Left: Photo of Lance Horne by Christian Campbell; Right: Photo of Drew Brody by Matthew Placek.
Earlier this summer, two of musical theater’s up-and-coming young composers, Lance Horne and Drew Brody, celebrated their debut recording together—the EP A Little Single—with an intimate, one-night-only concert at Feinstein’s/54 Below in New York City. While the concert also boasted Beth Malone as a guest vocalist, the collection on the EP itself featured moving and deeply personal songs performed by the composers themselves.
With the eye-catching song title, “The Grindr Song,” the album is sure to pique the interest of gay men. But that doesn’t mean the EP is only for gay men. “I don't think that Lance and I were writing for a particular audience,” says Brody. “We just challenged ourselves to keep this album pretty personal, and write from our honest experiences.”
As the world grows more accepting of the LGBTQ community, Brody and Horne feel that all artists can write more authentically. “I remember 10 years ago writing a love song and getting pressure form the producers to change the pronouns away from the intention that I had for the song,” says Horne. “I'm really encouraged by the environment now that allows for expression and inclusion of pronouns as the singer sees fit.”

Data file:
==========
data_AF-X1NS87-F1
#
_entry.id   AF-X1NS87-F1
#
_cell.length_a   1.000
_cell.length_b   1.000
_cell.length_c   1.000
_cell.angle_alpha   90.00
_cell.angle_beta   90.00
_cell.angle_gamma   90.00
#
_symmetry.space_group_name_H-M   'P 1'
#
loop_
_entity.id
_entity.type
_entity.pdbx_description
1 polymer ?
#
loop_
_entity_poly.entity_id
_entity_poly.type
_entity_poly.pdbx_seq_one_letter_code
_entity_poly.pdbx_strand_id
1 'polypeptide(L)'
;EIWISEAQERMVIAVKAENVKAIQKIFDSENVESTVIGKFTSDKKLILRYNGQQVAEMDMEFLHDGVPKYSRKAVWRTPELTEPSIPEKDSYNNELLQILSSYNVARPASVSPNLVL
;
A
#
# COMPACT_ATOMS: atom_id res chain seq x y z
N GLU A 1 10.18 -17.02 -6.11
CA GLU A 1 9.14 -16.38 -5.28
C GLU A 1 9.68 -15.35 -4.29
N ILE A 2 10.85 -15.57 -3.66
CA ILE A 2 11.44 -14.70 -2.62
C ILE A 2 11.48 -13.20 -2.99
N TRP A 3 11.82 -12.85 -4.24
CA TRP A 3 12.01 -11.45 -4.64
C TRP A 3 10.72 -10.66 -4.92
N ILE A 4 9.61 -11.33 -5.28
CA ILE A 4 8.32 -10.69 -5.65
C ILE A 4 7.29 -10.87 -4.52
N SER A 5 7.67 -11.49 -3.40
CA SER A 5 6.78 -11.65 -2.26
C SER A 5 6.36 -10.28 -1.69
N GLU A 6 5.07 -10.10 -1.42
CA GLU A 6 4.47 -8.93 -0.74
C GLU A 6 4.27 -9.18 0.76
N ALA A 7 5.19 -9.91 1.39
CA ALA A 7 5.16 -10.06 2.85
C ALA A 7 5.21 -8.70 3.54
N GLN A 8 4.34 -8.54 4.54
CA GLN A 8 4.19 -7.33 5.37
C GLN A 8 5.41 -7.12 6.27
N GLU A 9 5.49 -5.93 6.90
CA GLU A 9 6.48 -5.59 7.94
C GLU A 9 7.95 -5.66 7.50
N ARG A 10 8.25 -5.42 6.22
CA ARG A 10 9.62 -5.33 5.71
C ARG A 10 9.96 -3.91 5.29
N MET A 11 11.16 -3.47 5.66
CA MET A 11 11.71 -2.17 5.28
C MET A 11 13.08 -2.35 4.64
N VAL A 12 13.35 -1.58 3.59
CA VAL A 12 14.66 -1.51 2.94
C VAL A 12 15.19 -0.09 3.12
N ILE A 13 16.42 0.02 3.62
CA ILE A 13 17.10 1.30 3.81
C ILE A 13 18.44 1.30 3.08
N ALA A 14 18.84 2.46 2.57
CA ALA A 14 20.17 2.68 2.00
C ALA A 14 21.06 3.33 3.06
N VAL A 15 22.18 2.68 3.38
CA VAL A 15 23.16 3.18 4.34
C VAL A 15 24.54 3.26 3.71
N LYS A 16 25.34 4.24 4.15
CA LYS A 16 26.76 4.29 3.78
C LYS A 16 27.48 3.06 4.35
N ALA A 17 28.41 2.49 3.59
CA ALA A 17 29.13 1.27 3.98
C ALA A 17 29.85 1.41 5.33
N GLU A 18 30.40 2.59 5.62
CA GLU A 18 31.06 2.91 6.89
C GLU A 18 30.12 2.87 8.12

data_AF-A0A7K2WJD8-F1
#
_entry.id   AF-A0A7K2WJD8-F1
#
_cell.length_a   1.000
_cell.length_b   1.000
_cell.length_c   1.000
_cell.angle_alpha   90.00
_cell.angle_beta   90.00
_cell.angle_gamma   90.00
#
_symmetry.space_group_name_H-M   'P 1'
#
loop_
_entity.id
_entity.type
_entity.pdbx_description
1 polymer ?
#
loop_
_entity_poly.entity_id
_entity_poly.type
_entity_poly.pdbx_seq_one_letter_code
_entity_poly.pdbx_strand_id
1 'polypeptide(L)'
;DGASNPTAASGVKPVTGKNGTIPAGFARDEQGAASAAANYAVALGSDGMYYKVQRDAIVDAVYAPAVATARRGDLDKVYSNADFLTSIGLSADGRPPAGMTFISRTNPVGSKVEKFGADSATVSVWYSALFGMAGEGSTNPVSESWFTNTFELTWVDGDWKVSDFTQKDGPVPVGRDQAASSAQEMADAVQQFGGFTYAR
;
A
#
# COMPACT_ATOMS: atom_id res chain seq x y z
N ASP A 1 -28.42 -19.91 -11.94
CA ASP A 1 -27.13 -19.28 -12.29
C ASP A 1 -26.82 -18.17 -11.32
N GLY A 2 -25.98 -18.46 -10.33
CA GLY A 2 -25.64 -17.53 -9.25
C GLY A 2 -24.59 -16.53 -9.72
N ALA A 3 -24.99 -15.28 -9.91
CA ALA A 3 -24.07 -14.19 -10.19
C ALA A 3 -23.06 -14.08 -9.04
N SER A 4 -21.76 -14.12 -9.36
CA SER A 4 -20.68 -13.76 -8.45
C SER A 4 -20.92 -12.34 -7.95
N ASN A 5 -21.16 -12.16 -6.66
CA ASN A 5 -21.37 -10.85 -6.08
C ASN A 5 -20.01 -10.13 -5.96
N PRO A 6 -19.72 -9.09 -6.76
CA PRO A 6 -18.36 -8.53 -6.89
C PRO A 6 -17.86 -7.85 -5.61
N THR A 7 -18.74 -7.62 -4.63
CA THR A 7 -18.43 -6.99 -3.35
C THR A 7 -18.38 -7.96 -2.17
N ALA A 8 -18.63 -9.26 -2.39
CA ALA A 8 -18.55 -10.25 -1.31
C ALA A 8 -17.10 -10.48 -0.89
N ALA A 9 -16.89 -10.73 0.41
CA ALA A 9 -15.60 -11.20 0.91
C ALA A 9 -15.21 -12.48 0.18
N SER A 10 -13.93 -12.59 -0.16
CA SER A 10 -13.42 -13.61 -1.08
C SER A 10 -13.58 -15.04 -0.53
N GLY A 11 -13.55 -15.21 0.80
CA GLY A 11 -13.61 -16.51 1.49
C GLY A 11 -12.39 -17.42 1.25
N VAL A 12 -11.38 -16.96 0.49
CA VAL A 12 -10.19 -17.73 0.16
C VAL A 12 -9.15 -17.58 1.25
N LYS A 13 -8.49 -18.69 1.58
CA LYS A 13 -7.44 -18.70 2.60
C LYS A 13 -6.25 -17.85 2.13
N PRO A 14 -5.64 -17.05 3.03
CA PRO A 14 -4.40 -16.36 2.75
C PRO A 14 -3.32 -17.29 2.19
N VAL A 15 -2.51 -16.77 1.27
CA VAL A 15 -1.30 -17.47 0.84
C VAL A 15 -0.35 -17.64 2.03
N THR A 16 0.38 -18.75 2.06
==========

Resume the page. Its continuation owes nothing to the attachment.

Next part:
This brand of honesty allows the emotional appeal of the songs to reach beyond the confines of sexual orientation. “The Grindr Song,” which is a comedic send-up of the app, centers more on a need for people to think about how and what they say when protected by their digital avatars. “I think that people listening to it could insert the word Tinder, or Scruff, or any myriad of apps,” says Horne. Similar to the work of Noël Coward, the tune uses quriky word play to get its point across. “The song is good because it's funny, it's punny, and it's well-structured,” says Brody.
Horne and Brody’s show at Feinstein’s/54 Below focused on their songwriting, and the audience responded enthusiastically. “Someone told Drew that it felt like they were at a musical wedding,” says Horne. “The audience was listening for the songwriting, which is not something I'm used to,” says Brody. “I feel we really accomplished what we set up to achieve there.”
Yet, audiences aren’t the only people bowled over by the duo’s work. The celebrities that have had the pleasure of signing songs by the team also respond to the music with ardent fervor. “I love singing Lance's songs. I feel like they're me speaking, even though they are much more witty and poetic than I could ever be,” says Alan Cumming. “Lance's music is wholly his own. Sometimes complicated, sometimes witty, but always a joy to sing,” remarks Lea DeLaria. “Drew Brody tunes present a rare treat for singers,” says Beth Malone. “A seemingly effortless and brilliant marriage of content, character, and music. All this makes the singer seem brilliant, which we really find satisfying.”